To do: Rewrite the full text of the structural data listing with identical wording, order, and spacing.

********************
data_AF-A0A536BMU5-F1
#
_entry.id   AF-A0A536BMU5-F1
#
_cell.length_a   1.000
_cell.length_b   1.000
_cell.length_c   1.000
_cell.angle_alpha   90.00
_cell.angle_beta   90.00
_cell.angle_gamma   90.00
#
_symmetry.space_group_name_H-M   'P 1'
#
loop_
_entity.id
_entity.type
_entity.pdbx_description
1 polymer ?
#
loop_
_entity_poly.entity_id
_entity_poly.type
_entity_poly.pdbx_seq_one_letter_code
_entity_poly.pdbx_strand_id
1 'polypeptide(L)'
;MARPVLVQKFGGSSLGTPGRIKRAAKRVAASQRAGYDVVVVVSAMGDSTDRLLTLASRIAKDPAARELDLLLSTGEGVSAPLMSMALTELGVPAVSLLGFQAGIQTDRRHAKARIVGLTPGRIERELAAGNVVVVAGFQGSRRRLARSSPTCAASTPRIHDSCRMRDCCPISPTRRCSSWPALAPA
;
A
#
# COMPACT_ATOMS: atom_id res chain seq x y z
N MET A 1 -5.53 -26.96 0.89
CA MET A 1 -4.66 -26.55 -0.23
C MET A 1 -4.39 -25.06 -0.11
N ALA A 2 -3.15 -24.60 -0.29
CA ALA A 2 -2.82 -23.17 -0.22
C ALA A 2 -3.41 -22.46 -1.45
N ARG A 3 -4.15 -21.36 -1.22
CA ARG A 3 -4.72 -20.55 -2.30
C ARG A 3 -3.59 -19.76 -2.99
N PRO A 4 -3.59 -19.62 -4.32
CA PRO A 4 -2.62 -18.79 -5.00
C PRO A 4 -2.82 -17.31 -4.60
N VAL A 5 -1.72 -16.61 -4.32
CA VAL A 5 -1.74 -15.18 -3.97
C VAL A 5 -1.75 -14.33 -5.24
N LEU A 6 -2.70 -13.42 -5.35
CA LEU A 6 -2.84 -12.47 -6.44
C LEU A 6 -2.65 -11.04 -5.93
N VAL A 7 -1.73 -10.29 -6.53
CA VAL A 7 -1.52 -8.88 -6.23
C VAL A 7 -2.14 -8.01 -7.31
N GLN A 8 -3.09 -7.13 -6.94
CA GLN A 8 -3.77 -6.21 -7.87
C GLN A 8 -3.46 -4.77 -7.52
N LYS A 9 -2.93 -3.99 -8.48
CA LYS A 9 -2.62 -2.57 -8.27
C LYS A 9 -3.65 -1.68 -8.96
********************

data_AF-A0A536BMU5-F1
#
_entry.id   AF-A0A536BMU5-F1
#
_cell.length_a   1.000
_cell.length_b   1.000
_cell.length_c   1.000
_cell.angle_alpha   90.00
_cell.angle_beta   90.00
_cell.angle_gamma   90.00
#
_symmetry.space_group_name_H-M   'P 1'
#
loop_
_entity.id
_entity.type
_entity.pdbx_description
1 polymer ?
#
loop_
_entity_poly.entity_id
_entity_poly.type
_entity_poly.pdbx_seq_one_letter_code
_entity_poly.pdbx_strand_id
1 'polypeptide(L)'
;MARPVLVQKFGGSSLGTPGRIKRAAKRVAASQRAGYDVVVVVSAMGDSTDRLLTLASRIAKDPAARELDLLLSTGEGVSAPLMSMALTELGVPAVSLLGFQAGIQTDRRHAKARIVGLTPGRIERELAAGNVVVVAGFQGSRRRLARSSPTCAASTPRIHDSCRMRDCCPISPTRRCSSWPALAPA
;
A
#
# COMPACT_ATOMS: atom_id res chain seq x y z
N MET A 1 -5.53 -26.96 0.89
CA MET A 1 -4.66 -26.55 -0.23
C MET A 1 -4.39 -25.06 -0.11
N ALA A 2 -3.15 -24.60 -0.29
CA ALA A 2 -2.82 -23.17 -0.22
C ALA A 2 -3.41 -22.46 -1.45
N ARG A 3 -4.15 -21.36 -1.22
CA ARG A 3 -4.72 -20.55 -2.30
C ARG A 3 -3.59 -19.76 -2.99
N PRO A 4 -3.59 -19.62 -4.32
CA PRO A 4 -2.62 -18.79 -5.00
C PRO A 4 -2.82 -17.31 -4.60
N VAL A 5 -1.72 -16.61 -4.32
CA VAL A 5 -1.74 -15.18 -3.97
C VAL A 5 -1.75 -14.33 -5.24
N LEU A 6 -2.70 -13.42 -5.35
CA LEU A 6 -2.84 -12.47 -6.44
C LEU A 6 -2.65 -11.04 -5.93
N VAL A 7 -1.73 -10.29 -6.53
CA VAL A 7 -1.52 -8.88 -6.23
C VAL A 7 -2.14 -8.01 -7.31
N GLN A 8 -3.09 -7.13 -6.94
CA GLN A 8 -3.77 -6.21 -7.87
C GLN A 8 -3.46 -4.77 -7.52
N LYS A 9 -2.93 -3.99 -8.48
CA LYS A 9 -2.62 -2.57 -8.27
C LYS A 9 -3.65 -1.68 -8.96